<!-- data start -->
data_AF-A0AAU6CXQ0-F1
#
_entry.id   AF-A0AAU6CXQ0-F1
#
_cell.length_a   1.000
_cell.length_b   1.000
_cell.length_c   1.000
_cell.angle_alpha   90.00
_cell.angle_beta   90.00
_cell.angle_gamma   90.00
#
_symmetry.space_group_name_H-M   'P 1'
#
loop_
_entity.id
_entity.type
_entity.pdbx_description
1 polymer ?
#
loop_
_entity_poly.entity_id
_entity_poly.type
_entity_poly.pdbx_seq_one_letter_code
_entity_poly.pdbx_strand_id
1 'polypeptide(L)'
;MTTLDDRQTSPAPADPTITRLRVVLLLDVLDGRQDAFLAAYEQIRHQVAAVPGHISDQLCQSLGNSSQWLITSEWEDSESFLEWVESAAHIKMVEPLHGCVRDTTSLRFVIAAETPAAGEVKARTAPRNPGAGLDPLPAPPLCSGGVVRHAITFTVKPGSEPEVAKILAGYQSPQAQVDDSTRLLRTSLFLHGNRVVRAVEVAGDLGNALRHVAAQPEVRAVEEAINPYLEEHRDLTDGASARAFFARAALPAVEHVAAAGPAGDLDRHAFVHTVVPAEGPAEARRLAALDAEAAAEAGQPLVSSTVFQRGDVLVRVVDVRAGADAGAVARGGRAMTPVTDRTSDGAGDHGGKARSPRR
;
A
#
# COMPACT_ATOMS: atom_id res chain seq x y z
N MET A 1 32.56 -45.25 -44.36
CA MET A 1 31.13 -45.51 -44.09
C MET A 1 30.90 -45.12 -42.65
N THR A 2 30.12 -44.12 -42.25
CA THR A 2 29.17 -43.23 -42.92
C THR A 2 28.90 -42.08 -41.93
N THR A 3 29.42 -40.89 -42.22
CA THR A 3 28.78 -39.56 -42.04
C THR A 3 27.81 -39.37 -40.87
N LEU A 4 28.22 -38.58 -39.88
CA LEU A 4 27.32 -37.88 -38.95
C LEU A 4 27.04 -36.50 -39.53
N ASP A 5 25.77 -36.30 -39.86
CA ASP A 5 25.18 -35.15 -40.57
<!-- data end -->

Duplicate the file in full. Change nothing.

data_AF-A0AAU6CXQ0-F1
#
_entry.id   AF-A0AAU6CXQ0-F1
#
_cell.length_a   1.000
_cell.length_b   1.000
_cell.length_c   1.000
_cell.angle_alpha   90.00
_cell.angle_beta   90.00
_cell.angle_gamma   90.00
#
_symmetry.space_group_name_H-M   'P 1'
#
loop_
_entity.id
_entity.type
_entity.pdbx_description
1 polymer ?
#
loop_
_entity_poly.entity_id
_entity_poly.type
_entity_poly.pdbx_seq_one_letter_code
_entity_poly.pdbx_strand_id
1 'polypeptide(L)'
;MTTLDDRQTSPAPADPTITRLRVVLLLDVLDGRQDAFLAAYEQIRHQVAAVPGHISDQLCQSLGNSSQWLITSEWEDSESFLEWVESAAHIKMVEPLHGCVRDTTSLRFVIAAETPAAGEVKARTAPRNPGAGLDPLPAPPLCSGGVVRHAITFTVKPGSEPEVAKILAGYQSPQAQVDDSTRLLRTSLFLHGNRVVRAVEVAGDLGNALRHVAAQPEVRAVEEAINPYLEEHRDLTDGASARAFFARAALPAVEHVAAAGPAGDLDRHAFVHTVVPAEGPAEARRLAALDAEAAAEAGQPLVSSTVFQRGDVLVRVVDVRAGADAGAVARGGRAMTPVTDRTSDGAGDHGGKARSPRR
;
A
#
# COMPACT_ATOMS: atom_id res chain seq x y z
N MET A 1 32.56 -45.25 -44.36
CA MET A 1 31.13 -45.51 -44.09
C MET A 1 30.90 -45.12 -42.65
N THR A 2 30.12 -44.12 -42.25
CA THR A 2 29.17 -43.23 -42.92
C THR A 2 28.90 -42.08 -41.93
N THR A 3 29.42 -40.89 -42.22
CA THR A 3 28.78 -39.56 -42.04
C THR A 3 27.81 -39.37 -40.87
N LEU A 4 28.22 -38.58 -39.88
CA LEU A 4 27.32 -37.88 -38.95
C LEU A 4 27.04 -36.50 -39.53
N ASP A 5 25.77 -36.30 -39.86
CA ASP A 5 25.18 -35.15 -40.57